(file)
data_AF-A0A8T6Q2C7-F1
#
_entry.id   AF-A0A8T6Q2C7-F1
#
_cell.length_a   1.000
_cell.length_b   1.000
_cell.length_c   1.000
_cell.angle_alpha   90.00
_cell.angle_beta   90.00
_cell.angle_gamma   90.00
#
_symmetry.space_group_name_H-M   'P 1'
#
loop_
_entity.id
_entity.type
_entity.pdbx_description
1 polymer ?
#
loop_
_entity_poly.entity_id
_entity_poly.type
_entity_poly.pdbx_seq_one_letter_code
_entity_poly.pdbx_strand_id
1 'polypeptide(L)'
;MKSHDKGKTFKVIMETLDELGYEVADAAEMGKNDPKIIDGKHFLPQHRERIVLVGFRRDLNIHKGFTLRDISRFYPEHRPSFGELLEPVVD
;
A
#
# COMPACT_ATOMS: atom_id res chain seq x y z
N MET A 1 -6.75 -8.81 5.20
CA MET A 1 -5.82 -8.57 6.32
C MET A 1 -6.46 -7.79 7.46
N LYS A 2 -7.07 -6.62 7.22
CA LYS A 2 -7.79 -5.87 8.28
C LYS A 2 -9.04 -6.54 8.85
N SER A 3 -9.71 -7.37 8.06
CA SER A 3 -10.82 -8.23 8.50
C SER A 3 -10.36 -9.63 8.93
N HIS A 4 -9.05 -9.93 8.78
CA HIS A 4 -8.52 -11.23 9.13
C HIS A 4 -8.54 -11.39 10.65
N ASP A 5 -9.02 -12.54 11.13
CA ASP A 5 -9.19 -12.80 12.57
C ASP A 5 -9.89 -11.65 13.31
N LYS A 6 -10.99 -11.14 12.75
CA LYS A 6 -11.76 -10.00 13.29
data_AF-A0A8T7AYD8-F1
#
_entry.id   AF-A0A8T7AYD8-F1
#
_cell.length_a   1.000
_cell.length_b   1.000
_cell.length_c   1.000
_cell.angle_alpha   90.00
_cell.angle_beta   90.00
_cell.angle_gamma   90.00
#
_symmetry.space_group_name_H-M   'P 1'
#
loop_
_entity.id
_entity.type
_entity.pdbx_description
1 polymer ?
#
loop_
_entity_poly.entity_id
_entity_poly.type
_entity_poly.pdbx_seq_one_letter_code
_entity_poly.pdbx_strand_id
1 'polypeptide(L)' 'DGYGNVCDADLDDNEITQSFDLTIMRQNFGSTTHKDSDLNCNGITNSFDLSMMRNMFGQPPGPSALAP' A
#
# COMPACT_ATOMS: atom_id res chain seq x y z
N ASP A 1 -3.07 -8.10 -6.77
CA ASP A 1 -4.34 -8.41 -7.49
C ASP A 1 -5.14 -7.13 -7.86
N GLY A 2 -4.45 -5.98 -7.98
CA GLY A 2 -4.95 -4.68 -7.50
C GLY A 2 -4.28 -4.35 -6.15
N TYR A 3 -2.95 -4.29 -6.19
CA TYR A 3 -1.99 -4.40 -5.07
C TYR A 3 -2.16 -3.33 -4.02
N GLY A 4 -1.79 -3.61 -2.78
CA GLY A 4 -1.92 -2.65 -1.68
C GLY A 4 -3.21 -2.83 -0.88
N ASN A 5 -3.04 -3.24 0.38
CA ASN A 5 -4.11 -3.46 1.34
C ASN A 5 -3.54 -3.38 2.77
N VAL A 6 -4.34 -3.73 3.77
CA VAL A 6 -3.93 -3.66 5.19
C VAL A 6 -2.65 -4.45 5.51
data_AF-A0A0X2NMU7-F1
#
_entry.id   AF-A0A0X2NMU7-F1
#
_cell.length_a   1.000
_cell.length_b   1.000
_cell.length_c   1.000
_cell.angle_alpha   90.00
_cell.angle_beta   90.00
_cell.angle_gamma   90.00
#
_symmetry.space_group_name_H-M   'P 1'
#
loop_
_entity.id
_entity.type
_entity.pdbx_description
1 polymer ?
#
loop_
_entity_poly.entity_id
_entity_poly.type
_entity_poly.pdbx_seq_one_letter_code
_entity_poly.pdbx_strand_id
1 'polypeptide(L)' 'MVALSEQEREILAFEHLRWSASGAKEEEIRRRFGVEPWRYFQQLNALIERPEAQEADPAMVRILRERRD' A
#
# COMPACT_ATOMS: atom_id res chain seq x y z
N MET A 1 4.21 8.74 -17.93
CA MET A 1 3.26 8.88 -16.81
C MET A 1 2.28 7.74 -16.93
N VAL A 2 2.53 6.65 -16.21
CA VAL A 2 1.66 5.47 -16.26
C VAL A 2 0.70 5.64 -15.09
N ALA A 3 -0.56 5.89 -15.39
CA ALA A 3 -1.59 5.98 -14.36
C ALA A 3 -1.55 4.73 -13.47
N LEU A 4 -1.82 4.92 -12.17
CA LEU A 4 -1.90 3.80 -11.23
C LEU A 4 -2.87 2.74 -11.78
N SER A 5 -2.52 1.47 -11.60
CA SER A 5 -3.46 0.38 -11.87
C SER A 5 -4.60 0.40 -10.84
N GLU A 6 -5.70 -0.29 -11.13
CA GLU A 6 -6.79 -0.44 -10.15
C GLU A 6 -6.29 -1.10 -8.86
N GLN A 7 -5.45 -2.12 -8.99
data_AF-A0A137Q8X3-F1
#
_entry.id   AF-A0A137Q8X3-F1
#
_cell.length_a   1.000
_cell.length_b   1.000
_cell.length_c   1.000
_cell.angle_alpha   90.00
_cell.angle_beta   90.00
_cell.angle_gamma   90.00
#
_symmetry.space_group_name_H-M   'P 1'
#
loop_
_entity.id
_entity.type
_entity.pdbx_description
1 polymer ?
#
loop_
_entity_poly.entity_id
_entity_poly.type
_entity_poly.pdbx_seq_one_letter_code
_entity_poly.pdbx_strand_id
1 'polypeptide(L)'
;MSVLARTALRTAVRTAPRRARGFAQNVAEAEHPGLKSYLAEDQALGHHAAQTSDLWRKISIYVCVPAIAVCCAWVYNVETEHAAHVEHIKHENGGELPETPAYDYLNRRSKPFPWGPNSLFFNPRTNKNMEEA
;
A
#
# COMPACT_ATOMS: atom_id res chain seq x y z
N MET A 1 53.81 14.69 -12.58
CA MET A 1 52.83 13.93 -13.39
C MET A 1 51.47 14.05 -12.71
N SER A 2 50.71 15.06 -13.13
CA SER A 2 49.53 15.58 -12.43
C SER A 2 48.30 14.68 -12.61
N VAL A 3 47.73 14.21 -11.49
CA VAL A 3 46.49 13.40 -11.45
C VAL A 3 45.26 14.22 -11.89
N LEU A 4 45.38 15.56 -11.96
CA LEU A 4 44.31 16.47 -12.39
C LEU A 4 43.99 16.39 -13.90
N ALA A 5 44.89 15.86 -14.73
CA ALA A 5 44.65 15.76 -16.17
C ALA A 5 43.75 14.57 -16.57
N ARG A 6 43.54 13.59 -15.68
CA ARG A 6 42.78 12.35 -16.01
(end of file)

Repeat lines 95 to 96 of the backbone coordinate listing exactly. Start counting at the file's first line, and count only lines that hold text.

_entry.id   AF-A0A0X2NMU7-F1
#